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Christ's Faithful People

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XV. Private Revelations:

St. John of the Cross, a Doctor of the Church and one of the greatest of mystic theologians, who had had so many special favors himself, is very severe with persons who desire to be the recipients of visions and revelations. He never wearies of repeating that the proximate means of union with God in this life is the three theological virtues of faith, hope, and love. True growth consists in intensified love, which is founded on faith and hope. Now although St. John encourages everyone to aim at infused contemplation, even though relatively few attain it, he strongly reproves anyone who desires to be the recipient of a vision or revelation. They desire to see; faith holds on without seeing. St. Teresa of Avila, who herself had an abundance of visions, takes a similar stand. She admits that great profit can be had from such things when they are genuine and are received in the proper spirit. Yet she says (Interior Castle 6. 9): "I will only warn you that, when you learn or hear that God is granting souls these graces, you must never beg or desire Him to lead you by this road. Even if you think it is a very good one... there are certain reasons why such a course is not wise." She then goes on at length to explain her reasons: First, such a desire shows a lack of humility; second, one thereby leaves self open to "great peril because the devil has only to see a door left a bit ajar to enter"; third, the danger of auto-suggestion: "When a person has a great desire for something, he convinces himself that he is seeing or hearing what he desires." Fourth, it is presumption for one to want to choose his own path, as only the Lord knows which path is best for us. Fifth, very heavy trials usually go with these favors: could we be sure of being able to bear them? Sixth, "you may well find that the very thing from which you had expected gain will bring you loss." She then adds that there are also other reasons, and continues with some wholesome advice that one can become very holy without this sort of thing: "There are many holy people who have never known what it is to receive a favor of this sort, and there are others who receive such favors even though they are not holy." We think of the frightening words of Our Lord in Mt. 7. 22 -23. Speaking of the last day, He said: "Many will say to me on that day: "Lord , Lord, did we not prophesy in your name, and cast out devils in your name, and work many miracles in your name? And then I will tell them: I never knew you. Depart from me you workers of iniquity." St. Teresa adds: "It is true that to have these favors must be a very great help towards attaining a high degree of perfection in the virtues; but one who has attained the virtues at the cost of his own work has earned much more merit."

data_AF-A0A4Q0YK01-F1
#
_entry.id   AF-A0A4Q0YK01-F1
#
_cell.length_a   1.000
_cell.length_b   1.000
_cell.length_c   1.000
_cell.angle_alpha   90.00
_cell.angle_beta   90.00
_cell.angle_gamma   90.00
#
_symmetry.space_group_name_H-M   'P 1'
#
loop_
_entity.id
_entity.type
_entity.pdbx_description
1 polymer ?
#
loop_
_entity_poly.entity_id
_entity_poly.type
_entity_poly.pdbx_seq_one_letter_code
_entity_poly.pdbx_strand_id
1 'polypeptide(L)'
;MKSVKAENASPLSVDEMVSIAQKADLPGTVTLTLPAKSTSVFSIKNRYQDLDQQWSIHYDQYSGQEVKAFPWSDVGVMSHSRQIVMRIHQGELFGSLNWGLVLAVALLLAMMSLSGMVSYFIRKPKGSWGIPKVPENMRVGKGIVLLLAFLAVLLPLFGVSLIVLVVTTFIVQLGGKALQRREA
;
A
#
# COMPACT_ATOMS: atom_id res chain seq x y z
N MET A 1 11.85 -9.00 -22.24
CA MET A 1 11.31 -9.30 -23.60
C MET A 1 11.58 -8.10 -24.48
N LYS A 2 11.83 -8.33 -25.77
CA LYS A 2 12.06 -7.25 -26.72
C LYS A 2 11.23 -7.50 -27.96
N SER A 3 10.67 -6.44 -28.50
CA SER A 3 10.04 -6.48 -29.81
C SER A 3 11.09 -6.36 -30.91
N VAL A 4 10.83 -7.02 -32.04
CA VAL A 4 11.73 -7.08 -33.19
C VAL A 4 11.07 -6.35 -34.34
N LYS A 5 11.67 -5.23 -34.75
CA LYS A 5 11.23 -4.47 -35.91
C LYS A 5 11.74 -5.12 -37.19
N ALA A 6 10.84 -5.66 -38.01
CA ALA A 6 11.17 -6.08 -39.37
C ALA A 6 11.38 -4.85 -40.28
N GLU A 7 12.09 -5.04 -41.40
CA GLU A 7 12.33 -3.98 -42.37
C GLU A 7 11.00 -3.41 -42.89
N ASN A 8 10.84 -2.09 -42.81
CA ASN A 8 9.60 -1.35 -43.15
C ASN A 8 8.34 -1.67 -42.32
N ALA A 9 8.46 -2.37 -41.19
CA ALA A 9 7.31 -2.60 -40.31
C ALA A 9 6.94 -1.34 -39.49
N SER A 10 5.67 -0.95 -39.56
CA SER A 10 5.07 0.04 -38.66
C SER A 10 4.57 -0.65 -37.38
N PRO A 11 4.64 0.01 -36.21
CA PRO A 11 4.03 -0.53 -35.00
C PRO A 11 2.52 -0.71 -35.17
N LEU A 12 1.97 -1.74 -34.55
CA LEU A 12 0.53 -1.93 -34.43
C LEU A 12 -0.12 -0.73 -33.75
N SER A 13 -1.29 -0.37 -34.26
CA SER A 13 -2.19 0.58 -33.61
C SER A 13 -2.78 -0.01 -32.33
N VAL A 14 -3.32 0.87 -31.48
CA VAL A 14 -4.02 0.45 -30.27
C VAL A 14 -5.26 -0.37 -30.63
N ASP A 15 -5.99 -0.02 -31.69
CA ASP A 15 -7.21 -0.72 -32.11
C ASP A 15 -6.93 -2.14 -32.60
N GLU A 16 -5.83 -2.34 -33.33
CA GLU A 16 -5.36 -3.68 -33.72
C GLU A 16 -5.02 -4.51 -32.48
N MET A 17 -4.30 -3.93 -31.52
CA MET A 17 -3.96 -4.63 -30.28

It is, then, a sad mistake to center one's spiritual life about recounting and hoping for special revelations. Yes, we do well to follow those that have been approved by the Church, such as Lourdes and Fatima. But even there, they should not be the center of our spiritual lives except in so far as they are an exhortation to what the Gospel already calls for. Thus the three requests of Fatima are all just repetitions of what general theology provides: 1)Penance - which in the Gospel sense, means moral reform and reparation for sin; 2)Devotion to the Immaculate Heart of Mary - we saw above that this is merely the natural conclusion of learning what our Father's plan is, of His approach to us in which He has given her an all-pervading role; and 3)The Rosary, consisting mostly of lines from the Gospel, plus prayers composed by the Church.


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